Wednesday, October 27, 2010

Americana Week: Day 3

Americana, when it refers to music, is a loosely defined collection of musical styles, but the common denominator may be that each of these styles is clearly rooted in American traditional music. Thus, you've got Cowboy Americana, Folk music, Blues, Bluegrass, work songs, etc. You might call it "roots music." Over the years it continually draws in new influences (from new immigrant communities, for example), and changes in musical technology have also clearly impacted these traditions. The point is, it is a diverse musical form and it is clearly not a "dead" tradition. In fact, we seem to be enjoying a time of particular creativity in the Americana movement. Younger musicians are rediscovering "old time" music and playing with the tradition in very creative ways. This happened in the '50s and '60s under the influence first of bands like The Weavers and then Joan Baez, Peter Paul & Mary, The Kingston Trio, etc.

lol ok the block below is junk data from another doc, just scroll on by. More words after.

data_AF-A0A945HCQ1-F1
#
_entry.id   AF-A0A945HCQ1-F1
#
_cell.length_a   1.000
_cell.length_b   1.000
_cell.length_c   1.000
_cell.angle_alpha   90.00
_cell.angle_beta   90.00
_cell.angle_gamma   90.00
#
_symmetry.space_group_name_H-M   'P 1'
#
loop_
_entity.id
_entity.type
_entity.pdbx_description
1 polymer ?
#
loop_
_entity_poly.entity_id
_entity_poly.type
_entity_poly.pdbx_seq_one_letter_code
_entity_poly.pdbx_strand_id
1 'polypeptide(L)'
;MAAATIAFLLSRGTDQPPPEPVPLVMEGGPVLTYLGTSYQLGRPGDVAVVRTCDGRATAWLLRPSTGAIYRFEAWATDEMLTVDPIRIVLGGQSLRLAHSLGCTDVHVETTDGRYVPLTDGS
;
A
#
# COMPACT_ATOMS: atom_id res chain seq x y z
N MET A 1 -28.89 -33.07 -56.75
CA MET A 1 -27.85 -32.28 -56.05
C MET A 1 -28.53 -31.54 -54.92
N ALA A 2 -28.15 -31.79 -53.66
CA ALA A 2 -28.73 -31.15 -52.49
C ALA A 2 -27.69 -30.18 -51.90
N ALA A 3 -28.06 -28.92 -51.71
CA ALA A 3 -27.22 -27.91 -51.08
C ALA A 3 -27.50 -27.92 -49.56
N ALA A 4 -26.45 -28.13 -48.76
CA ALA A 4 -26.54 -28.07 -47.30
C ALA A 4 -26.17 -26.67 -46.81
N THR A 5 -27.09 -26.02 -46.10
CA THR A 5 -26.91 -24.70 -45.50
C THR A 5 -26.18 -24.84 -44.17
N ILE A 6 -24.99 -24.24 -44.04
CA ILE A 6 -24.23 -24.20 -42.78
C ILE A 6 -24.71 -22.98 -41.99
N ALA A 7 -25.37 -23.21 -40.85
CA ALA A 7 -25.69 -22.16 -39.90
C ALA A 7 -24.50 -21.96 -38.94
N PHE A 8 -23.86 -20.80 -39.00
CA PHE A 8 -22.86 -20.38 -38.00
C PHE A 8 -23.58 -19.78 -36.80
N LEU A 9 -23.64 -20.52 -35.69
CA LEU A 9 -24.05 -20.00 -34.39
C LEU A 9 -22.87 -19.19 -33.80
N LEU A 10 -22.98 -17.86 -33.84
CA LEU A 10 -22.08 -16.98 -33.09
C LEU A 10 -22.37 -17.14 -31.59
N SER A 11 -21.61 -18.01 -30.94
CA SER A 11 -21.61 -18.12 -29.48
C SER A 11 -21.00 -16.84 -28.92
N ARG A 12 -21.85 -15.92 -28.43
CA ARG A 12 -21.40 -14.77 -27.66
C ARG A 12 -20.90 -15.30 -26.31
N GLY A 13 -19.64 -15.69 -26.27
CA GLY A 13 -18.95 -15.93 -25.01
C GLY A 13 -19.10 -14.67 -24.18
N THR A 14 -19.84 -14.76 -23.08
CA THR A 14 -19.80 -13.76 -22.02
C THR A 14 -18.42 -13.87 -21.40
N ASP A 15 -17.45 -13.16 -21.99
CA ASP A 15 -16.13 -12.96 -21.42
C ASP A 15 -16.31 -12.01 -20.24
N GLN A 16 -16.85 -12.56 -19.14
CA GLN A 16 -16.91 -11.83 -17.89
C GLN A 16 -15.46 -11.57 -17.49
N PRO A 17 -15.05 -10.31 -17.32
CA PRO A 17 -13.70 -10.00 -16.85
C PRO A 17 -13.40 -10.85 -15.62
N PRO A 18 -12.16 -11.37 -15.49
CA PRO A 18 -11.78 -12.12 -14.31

In my opinion, we are living in a kind of roots music renaissance. Musically speaking, this is one of the most enjoyable periods of my lifetime. I'm particularly partial to the Appalachian strain of roots music, sometimes called "Bluegrass," although that's actually a prominent subset. Here's an ensemble of some of my favorite practitioners, led by Tim O'Brien on vocals. I love the lyrics here, O'Brien's wonderful singing, and the musicianship is of course exceptional.

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